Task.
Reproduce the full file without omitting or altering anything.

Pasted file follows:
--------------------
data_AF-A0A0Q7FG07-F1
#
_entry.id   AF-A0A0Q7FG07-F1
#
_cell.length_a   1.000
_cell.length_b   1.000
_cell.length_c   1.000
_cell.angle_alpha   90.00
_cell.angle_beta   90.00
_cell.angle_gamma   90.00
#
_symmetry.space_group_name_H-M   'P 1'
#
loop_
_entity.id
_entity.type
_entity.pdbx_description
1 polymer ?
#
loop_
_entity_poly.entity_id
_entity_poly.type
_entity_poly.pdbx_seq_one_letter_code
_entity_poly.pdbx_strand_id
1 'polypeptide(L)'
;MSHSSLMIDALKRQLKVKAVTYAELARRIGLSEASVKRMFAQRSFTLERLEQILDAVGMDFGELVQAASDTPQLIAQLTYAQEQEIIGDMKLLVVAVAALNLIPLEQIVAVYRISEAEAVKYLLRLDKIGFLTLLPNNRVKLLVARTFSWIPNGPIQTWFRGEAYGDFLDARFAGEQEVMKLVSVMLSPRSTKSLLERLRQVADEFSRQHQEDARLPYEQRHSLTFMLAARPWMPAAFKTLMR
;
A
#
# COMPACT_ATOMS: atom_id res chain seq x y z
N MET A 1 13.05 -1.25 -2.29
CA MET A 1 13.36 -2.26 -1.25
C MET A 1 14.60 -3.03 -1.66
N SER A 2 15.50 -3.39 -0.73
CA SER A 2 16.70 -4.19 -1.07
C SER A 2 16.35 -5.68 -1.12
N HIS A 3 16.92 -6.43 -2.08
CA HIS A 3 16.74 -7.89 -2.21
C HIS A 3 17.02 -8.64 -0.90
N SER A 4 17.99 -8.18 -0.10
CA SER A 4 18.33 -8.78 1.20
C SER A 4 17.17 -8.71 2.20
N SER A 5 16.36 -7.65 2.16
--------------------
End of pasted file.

data_AF-A0A0Q7FG07-F1
#
_entry.id   AF-A0A0Q7FG07-F1
#
_cell.length_a   1.000
_cell.length_b   1.000
_cell.length_c   1.000
_cell.angle_alpha   90.00
_cell.angle_beta   90.00
_cell.angle_gamma   90.00
#
_symmetry.space_group_name_H-M   'P 1'
#
loop_
_entity.id
_entity.type
_entity.pdbx_description
1 polymer ?
#
loop_
_entity_poly.entity_id
_entity_poly.type
_entity_poly.pdbx_seq_one_letter_code
_entity_poly.pdbx_strand_id
1 'polypeptide(L)'
;MSHSSLMIDALKRQLKVKAVTYAELARRIGLSEASVKRMFAQRSFTLERLEQILDAVGMDFGELVQAASDTPQLIAQLTYAQEQEIIGDMKLLVVAVAALNLIPLEQIVAVYRISEAEAVKYLLRLDKIGFLTLLPNNRVKLLVARTFSWIPNGPIQTWFRGEAYGDFLDARFAGEQEVMKLVSVMLSPRSTKSLLERLRQVADEFSRQHQEDARLPYEQRHSLTFMLAARPWMPAAFKTLMR
;
A
#
# COMPACT_ATOMS: atom_id res chain seq x y z
N MET A 1 13.05 -1.25 -2.29
CA MET A 1 13.36 -2.26 -1.25
C MET A 1 14.60 -3.03 -1.66
N SER A 2 15.50 -3.39 -0.73
CA SER A 2 16.70 -4.19 -1.07
C SER A 2 16.35 -5.68 -1.12
N HIS A 3 16.92 -6.43 -2.08
CA HIS A 3 16.74 -7.89 -2.21
C HIS A 3 17.02 -8.64 -0.90
N SER A 4 17.99 -8.18 -0.10
CA SER A 4 18.33 -8.78 1.20
C SER A 4 17.17 -8.71 2.20
N SER A 5 16.36 -7.65 2.16